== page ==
Now you can learn how to compost food scraps from a Michelin restaurant. Restaurant Credo folks in Trondheim will be showing off their artistry at the FUTURUM exhibit, part of NTNU’s science festival The Big Challenge.
The FUTURUM exhibit is part of NTNU’s science festival The Big Challenge in Trondheim in June. Here visitors can experience various scenarios for what the world could look like in 2050 if we get better at taking care of our planet.
Among the participants are food experts from the Michelin restaurant Credo in Trondheim who will be teaching the audience how to compost.
Credo was awarded its first Michelin star earlier this year. But the restaurant received the award for more than its world-class food, where the dishes on the menu are adapted to the freshest in-season local ingredients.
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“It’s important to us that food is produced on nature’s own terms,” says Heidi Bjerkan, chef and owner of Credo.
Bjerkan has already won awards for her sustainable thinking. In February, she also became the first person to receive the Michelin Award for the Nordic Guide Sustainable Restaurant of the Year 2019, and was called a “clear winner.”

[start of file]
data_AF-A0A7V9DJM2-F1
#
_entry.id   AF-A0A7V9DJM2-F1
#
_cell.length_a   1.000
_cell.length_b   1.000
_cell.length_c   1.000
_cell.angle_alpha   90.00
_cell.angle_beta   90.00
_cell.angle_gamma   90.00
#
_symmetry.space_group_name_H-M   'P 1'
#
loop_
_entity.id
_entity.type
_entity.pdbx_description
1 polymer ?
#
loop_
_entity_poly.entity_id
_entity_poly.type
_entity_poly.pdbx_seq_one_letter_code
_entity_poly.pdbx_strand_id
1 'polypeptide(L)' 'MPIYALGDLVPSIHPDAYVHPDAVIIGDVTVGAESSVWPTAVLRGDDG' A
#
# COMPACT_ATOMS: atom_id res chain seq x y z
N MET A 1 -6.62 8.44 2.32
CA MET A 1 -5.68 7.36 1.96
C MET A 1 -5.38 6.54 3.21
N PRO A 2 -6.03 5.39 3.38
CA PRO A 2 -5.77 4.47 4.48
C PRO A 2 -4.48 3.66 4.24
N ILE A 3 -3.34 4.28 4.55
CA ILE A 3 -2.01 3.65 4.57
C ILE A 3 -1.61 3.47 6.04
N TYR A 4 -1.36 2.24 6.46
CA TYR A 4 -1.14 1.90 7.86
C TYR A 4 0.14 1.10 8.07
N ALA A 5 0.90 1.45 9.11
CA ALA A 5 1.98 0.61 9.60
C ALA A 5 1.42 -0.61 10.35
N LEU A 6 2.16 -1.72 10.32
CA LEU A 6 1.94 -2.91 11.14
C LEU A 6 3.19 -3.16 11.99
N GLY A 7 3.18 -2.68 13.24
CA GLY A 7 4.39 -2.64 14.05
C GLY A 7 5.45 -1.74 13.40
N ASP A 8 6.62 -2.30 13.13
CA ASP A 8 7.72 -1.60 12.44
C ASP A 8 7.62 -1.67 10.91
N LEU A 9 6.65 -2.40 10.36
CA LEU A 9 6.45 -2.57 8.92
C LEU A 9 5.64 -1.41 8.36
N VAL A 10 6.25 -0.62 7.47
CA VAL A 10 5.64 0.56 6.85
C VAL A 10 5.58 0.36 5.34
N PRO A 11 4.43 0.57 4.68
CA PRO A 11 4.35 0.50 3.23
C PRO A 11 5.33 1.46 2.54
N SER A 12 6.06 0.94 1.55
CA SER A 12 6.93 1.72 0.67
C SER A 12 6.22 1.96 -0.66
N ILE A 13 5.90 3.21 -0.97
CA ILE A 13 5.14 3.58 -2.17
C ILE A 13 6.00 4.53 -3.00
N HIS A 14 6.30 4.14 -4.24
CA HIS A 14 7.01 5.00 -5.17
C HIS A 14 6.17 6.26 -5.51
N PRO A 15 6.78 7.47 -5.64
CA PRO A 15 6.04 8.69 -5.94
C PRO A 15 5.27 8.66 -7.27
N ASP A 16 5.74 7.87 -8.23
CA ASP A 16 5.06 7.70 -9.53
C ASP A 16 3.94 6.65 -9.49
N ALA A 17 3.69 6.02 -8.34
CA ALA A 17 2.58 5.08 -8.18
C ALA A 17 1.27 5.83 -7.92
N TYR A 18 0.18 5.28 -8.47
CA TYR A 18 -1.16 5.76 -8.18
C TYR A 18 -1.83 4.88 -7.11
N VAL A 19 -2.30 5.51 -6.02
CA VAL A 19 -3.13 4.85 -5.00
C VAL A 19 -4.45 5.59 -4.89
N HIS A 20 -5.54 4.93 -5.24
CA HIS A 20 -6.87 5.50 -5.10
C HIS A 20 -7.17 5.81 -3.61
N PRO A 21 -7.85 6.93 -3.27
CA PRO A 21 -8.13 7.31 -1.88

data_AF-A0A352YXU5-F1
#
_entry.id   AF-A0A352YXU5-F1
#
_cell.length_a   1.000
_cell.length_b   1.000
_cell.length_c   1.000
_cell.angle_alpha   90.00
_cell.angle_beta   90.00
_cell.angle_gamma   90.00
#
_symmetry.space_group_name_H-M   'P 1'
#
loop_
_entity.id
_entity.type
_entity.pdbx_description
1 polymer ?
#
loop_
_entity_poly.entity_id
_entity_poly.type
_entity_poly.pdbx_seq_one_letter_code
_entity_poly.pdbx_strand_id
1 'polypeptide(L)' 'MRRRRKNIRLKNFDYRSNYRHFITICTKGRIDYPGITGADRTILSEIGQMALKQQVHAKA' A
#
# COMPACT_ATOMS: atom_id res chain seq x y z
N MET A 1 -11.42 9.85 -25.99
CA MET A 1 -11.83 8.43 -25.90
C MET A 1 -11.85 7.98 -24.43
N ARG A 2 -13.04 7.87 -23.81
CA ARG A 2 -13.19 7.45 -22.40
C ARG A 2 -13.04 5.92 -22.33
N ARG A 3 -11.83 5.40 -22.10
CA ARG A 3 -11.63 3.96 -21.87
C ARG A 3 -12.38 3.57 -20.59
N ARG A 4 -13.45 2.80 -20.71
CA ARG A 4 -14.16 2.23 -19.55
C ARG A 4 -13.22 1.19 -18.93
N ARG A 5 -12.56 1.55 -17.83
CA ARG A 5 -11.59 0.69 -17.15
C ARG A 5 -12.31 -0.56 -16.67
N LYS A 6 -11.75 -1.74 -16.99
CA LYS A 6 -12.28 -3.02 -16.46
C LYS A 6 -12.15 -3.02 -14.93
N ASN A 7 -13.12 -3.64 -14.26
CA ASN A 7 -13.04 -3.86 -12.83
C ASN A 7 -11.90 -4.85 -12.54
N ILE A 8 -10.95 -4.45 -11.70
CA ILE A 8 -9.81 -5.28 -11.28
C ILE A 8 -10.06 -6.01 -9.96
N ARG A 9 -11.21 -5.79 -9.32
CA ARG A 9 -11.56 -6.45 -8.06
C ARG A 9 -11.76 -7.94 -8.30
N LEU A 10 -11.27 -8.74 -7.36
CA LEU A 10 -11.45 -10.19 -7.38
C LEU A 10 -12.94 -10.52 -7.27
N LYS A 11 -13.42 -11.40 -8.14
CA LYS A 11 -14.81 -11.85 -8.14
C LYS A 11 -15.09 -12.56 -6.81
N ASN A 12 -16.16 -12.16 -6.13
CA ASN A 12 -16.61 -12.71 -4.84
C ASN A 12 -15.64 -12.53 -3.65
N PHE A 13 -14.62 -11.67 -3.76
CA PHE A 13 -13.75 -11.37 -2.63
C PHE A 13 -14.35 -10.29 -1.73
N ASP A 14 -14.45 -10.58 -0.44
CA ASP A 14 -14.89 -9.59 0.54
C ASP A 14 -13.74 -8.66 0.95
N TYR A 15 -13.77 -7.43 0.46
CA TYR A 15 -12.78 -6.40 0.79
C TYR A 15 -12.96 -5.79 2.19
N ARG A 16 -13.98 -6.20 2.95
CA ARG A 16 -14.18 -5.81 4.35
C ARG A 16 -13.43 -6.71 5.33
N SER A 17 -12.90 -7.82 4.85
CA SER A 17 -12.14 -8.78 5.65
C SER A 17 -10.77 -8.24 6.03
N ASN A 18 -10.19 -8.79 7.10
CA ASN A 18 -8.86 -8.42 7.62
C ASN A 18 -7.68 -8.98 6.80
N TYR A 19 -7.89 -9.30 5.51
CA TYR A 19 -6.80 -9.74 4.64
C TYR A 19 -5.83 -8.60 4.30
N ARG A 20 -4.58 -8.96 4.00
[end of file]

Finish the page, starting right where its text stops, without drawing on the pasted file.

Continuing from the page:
She and the restaurant’s other master chefs have focused on creating good food from local produce in exemplary fashion, but they are also mindful of fully using and recycling everything on their menu.
So, it’s not all that strange for Credo to be teaching composting, because all the leftovers at the restaurant are composted and then sent back to the Skjølberg Søndre farm in Orkdal municipality.
This farm supplies many of the first-class raw materials that the restaurant uses, and Bjerkan is a co-owner. The people behind both the farm and the restaurant prioritize sustainable biological cycles and full utilization of raw materials.
“Credo wants to encourage even more people to think sustainably,” says Bjerkan. This goal is a strong motivator for her.
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We learn from role models
“We learn in lots of ways, including from our models, and if the people at Credo are a role model for you, you can learn from them and be inspired by them,” says Professor Christian Klöckner at NTNU’s Department of Psychology.
Klöckner’s studies include research on sustainable consumer behaviour, psychological factors related to climate change, and models and interventions that can change behaviour.
The lesson you learn from the food experts at Credo and Skjølberg Søndre can in turn be spread to others.
“You learn from people around you, from friends and neighbours,” says Klöckner. “And that means that you can certainly also inspire the people closest to you,” he says.
The Big Challenge is happening in Trondheim from 16-19 June. The FUTURUM exhibit can be found at Krigsseilerplassen by the Royal Garden Hotel.